Over time, many people have felt this process to be worryingly random and chaotic. How can the beauty of our native language be subjected to such mauling in the court of uninformed public discourse? So attempts have been made in some languages to replace such natural evolution with a properly designed and systematic controlled approach. Classical Latin was one such, with its systematic definitions of conjugations and cases, declensions and moods. French attempted for a while to follow suit. The “immortels” of l’Académie Française laid down rigid rules on what was and was not “correcte” in order to root out anything “impur” from the language. So "self-service" was replaced by the clumsy (and to me equally unFrench) "libre service" and "le weekend" by "la fin de semaine."

Of course, what happened to Classical Latin is well known: it died. In its unchanged purity it simply fell out of use, whilst "Vulgar Latin" evolved into a whole range of languages from Romansch to Romanian. It will be interesting to see whether French goes the same way: certainly there are increasingly two different languages in use by French speakers, so that the same speaker can say “bonjour messieurs dames” when entering a cafe, then “salut les mecs” as he sits down at a table of friends. Both mean the same- more or less "Hello everyone"- despite having no words in common. The first is in formal, l’Académie Française approved French; the latter is not.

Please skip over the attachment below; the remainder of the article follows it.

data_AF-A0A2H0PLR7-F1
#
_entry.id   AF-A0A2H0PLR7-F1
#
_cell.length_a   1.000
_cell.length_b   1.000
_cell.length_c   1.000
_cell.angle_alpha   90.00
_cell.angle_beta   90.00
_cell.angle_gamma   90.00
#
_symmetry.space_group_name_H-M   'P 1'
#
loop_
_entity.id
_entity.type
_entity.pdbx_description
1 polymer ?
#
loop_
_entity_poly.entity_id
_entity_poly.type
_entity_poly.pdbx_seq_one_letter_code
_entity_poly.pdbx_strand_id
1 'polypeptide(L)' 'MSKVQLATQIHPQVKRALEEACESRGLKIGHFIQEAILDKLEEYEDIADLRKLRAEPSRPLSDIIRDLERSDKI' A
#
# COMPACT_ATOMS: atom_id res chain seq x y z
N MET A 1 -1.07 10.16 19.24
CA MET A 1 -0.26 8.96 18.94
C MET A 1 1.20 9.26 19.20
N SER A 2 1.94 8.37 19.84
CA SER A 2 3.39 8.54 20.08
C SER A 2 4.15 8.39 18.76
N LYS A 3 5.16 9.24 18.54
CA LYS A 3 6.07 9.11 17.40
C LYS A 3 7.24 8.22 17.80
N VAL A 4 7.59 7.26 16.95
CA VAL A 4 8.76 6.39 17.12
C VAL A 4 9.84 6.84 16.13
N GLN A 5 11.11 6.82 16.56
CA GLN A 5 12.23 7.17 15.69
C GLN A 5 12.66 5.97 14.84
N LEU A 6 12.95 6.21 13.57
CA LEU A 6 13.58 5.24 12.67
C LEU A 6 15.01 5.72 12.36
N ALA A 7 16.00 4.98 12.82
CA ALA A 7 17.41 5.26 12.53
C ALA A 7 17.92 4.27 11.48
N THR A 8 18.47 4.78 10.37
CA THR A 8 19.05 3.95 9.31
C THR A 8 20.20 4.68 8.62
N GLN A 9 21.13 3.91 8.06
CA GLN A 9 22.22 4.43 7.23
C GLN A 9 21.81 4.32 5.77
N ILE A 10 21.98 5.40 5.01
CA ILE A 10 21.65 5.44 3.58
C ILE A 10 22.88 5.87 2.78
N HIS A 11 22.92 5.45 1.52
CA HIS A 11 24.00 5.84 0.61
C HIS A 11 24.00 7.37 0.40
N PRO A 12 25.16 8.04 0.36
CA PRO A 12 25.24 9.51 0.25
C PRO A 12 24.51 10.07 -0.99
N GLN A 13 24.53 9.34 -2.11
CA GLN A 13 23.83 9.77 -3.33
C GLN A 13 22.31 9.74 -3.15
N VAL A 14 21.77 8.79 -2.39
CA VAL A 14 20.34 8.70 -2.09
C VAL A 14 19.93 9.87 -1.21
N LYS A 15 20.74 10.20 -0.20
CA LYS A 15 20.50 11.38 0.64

English has never taken this approach, much as Telegraph and Mail leader writers might wish it did, and this is the fundamental source of its vitality. Each of the forms of random mutation mentioned above has contributed to the development of English. To take just two examples of mistake-as-mutation, the word "adder" comes from the old English word "nadder". However over time "a nadder" appears to have been increasingly misheard as "an adder", hence the word "adder". Similarly, the phrase "apple-pie order" seems to have dervied from mishearing of one of two French phrases- "cap-à-pie" (head to foot) or "nappe plié" (folded linen). I was disappointed to discover in researching this essay though another example of what I thought was a similar mutation probably was not. I had always believed that Charing Cross got its name because it used to contain a cross built to Edward I's "chère reine" Eleanor. In fact according to Wikipedia, that fount of all wisdom, it is named after the Old English word "cierring" which refers to the bend in the river. Ah well.